Rubber Cycles Up
Austin Footwear Labs wants you to leave a better footprint
By: Ernest Shiwanov
In the near future, Austin Footwear Labs’ Tredagain game-changing technology is going to be everywhere due, in part, to the large-scale problem this technology addresses. The issue here is the appropriate disposal of post-consumer and industrial rubber waste. More specifically but not limited to, a landscape littered with used automobile and truck tires.
Until now, there has been no costeffective, scalable and non-environmentally egregious method to handle pre- or post-consumer or industrial rubber waste. The reason is, once batches of rubber are created, they are virtually impossible to separate back into the original components. That limits rubber’s reusability or recyclability. This chemical impasse, in some measure, can be attributed to a one Charles Goodyear.
Goodyear, an impoverished inventor, tenaciously worked on improving gum rubber even during stints in debtor’s prison. He saw the material’s upside potential despite its two well-known flaws. During the summer, gum rubber products would morph into glue-like blobs and in the winter turn to inflexible stone. Undeterred by setback after setback, he utilized his engineering savvy from manufacturing agricultural implements and his auto-didactic approach to solve problems befitting a chemist. The year was 1839 and as with many notable discoveries, the solution was found accidently, but not according to Goodyear. In any event, adding sulfur and heat to the gum dramatically changed its physical characteristics to what we now take for granted.
The process of adding sulfur and heat, later named vulcanization by one of Goodyear’s competitors, is what makes rubber so difficult to recycle or reduce back to simple compounds. Think of it like baking a cake. When the cake finally comes out of the baking pan, there are always crumbs remaining in the pan. However, like rubber, those crumbs cannot be gathered together and reduced back to flour, sugar, butter, baking powder, eggs, salt and milk. That is not to say individuals have not attempted to do so. During the years, there have been efforts to utilize waste rubber from tires and other waste-stream rubber with limited success. Yet it took another accident, this time by a professor and research engineer at Kansas State University, to unlock the devulcanization code. Liang-tseng (LT) Fan, distinguished professor at KSU, and Shahram R. Shafie, a veteran process/chemical engineer in both government and industry, were looking for a spot remover for organic-based fabric, relates Fitz Lee, president of Tredagain.
“At one point they kept thinking they had defective rubber stoppers,” says Lee, “until they realized this was pretty special, and they spent the following few years isolating the phenomenon and optimizing the process.”
Their proprietary Fan Process, named in honor of the late Dr. Fan, uses rubber crumb from tires to devulcanize into APX, a 100 percent virgin rubber or virgin rubber substitute. A patent application was applied for in 2006 and later issued.
In 2007, Fan, Shafie, Lee and a few other colleagues went on to form Green Source Holding Company, a business dedicated around “opportunities that use technology to solve resource efficiency issues.” Austin Rubber Company and Austin Footwear Labs are two of the core businesses. Fan and Shafie’s breakthrough technology is what powers Austin Rubber Company’s breadand-butter product APX.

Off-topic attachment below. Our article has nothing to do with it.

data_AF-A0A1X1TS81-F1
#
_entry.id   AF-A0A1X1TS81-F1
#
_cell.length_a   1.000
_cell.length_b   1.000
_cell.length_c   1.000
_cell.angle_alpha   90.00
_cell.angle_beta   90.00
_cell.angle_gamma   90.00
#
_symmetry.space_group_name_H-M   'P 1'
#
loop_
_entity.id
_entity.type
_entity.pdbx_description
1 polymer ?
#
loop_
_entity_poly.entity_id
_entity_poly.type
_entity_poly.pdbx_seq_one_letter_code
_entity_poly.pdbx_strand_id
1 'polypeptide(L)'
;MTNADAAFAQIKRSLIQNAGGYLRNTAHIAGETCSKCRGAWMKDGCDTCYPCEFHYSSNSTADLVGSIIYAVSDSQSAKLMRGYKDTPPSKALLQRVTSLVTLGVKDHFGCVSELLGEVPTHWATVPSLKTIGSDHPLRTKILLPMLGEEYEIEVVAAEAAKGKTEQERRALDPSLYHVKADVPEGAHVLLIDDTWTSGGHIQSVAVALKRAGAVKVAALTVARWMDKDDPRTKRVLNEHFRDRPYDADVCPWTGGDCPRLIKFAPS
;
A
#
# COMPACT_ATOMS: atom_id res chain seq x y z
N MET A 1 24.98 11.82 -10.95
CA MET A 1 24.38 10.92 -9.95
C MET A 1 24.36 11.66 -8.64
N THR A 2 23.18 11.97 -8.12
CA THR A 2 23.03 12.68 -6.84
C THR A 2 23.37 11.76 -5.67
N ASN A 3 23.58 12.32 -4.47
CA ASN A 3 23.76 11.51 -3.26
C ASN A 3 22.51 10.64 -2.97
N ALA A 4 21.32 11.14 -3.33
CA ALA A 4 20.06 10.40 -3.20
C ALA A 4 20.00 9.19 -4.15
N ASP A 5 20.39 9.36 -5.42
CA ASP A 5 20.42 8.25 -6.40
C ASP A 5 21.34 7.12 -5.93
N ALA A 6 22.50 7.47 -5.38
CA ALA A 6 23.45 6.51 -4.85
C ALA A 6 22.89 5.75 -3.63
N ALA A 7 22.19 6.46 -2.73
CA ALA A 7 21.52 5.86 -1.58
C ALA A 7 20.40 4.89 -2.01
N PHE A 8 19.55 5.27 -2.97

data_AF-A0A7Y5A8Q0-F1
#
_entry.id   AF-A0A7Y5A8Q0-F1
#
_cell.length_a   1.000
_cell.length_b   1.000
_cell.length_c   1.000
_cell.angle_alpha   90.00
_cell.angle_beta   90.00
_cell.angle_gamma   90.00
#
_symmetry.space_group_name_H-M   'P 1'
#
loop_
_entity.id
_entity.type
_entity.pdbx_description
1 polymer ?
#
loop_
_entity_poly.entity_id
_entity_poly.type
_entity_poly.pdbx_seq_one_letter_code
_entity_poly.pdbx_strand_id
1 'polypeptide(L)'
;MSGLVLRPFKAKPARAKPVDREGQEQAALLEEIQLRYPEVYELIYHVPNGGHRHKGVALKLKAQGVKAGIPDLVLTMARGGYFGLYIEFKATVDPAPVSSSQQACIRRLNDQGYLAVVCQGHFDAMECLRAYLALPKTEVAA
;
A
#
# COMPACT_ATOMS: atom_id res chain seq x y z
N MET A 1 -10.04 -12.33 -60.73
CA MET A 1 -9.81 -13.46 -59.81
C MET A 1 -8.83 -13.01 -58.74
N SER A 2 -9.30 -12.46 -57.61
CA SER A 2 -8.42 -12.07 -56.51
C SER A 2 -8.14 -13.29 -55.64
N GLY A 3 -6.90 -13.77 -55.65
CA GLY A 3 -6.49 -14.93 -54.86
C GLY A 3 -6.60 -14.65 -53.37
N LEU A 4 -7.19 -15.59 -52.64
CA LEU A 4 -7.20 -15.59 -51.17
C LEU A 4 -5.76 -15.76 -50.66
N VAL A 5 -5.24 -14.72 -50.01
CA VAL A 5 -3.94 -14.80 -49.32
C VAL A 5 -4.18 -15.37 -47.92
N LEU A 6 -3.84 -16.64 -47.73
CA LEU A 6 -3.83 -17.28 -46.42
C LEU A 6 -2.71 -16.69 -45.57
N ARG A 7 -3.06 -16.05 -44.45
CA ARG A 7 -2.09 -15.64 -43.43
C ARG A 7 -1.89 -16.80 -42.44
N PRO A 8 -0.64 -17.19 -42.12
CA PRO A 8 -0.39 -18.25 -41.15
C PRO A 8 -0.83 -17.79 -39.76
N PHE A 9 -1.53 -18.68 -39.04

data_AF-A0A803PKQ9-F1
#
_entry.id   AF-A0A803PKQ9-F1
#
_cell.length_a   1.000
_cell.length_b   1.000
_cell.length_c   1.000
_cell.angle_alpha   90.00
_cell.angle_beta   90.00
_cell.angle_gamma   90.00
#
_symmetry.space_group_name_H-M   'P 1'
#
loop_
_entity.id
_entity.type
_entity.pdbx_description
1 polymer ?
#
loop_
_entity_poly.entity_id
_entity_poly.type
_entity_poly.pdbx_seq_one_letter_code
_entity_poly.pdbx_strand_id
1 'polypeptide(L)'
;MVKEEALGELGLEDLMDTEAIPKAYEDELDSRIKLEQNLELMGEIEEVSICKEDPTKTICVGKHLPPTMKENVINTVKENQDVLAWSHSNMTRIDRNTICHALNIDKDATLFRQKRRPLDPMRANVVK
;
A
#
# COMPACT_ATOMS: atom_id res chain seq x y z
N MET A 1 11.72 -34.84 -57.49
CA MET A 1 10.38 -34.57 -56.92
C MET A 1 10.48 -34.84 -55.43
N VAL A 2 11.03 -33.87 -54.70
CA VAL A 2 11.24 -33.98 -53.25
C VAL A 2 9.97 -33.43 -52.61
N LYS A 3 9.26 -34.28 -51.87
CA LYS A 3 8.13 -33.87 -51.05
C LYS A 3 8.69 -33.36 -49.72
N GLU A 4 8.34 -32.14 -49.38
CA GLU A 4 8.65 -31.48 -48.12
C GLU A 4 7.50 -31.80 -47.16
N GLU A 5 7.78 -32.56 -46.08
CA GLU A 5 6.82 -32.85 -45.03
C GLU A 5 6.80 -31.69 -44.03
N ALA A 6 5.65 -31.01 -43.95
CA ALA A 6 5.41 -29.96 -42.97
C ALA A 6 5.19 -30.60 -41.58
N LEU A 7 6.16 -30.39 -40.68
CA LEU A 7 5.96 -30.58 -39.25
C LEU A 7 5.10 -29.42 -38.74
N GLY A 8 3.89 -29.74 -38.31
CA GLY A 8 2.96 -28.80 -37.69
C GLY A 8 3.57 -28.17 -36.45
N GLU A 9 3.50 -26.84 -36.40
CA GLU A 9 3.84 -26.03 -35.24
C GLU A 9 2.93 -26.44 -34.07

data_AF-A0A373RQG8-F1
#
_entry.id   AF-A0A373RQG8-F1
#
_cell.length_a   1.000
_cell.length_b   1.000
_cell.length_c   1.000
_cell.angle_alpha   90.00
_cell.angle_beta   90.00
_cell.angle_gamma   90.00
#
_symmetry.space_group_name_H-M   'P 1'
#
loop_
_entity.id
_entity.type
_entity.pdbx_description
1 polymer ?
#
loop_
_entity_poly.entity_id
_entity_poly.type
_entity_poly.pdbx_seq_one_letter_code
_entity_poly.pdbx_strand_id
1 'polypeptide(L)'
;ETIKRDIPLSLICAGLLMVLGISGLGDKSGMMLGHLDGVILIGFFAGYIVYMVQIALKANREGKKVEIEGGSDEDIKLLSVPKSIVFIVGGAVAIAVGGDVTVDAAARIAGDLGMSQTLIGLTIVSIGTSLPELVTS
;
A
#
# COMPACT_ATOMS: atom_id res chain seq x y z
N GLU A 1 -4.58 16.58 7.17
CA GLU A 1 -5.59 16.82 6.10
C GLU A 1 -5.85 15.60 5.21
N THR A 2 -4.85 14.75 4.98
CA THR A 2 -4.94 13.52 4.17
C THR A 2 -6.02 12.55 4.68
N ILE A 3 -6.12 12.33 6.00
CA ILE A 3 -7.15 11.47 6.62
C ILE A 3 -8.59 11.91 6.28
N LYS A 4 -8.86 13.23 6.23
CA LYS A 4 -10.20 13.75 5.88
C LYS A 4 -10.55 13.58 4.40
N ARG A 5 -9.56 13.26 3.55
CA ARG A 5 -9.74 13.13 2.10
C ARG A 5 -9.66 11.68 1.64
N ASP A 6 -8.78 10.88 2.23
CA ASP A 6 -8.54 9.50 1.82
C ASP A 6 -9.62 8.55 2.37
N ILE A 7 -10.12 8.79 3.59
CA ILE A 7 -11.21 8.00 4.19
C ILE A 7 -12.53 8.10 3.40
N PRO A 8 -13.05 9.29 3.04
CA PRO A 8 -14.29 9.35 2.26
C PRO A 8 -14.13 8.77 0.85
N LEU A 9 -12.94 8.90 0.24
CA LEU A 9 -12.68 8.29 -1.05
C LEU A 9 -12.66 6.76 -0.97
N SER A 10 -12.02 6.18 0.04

APX, in turn, is used by Austin Footwear Labs’ Tredagain footwear, Green Source Holding’s demonstration platform for APX. Which is why Austin Footwear Labs’ Tredagain is so special: it is the first use of APX in what is to be a revolution in the upcycling of waste rubber to high-performance second, third or potentially innumerable product reincarnations. The other plus side of APX is its affordability. It is cheaper than virgin rubber with no performance downsides, says the company.
“The best part about our story is that consumers can’t tell we are using APX since quality, durability and performance are not compromised,” says Lee. “Our goal with Tredagain was making fashion, sustainability and affordability come together.”
Lee is quick to emphasize that this product is not recycled. It is upcycled. “No longer is a token 1 to 3 percent of factory scraps as filler (i.e. nonfunctional component in the rubber master batch) going to cut it with the educated consumer. Upcycle not recycle is the new industry standard, and 50 percent is the new sustainability goal,” says Lee.
On the quality and durability side of the equation, Lee’s numbers on APX seem to bear things out. For those familiar with Shore hardness nomenclature, an outsole rubber sample and one with 50 percent APX have about the same value (see table).
What’s the maximum amount of APX used in a given master batch?
“Depending upon the specific physical and dynamic qualities you are targeting, there are upper limits for each compound,” Lee explains. “Since APX comes from tires, there will be some physical properties it will not provide on its own, so different virgin materials will need to be added to achieve them.”
Tredagain sandals carry 50 percent loads of APX (with load being the weight percentage of total rubber compound), “but Austin Rubber has hit 80 percent loads on other compounds that do not require the same dynamic properties,” continues Lee. “We have in-house polymer compounding capabilities to help our customers to select the correct compound for their application.”
For now, Tredagain is focused on men’s and women’s sandals, but Lee promises new urban rain boots for Fall 2016. Consumers who purchase online will be glad to see Tredagain ships using recycled packaging, stamped not printed shipping labels and recyclable shape-holding inserts. It’s all part of that better footprint.
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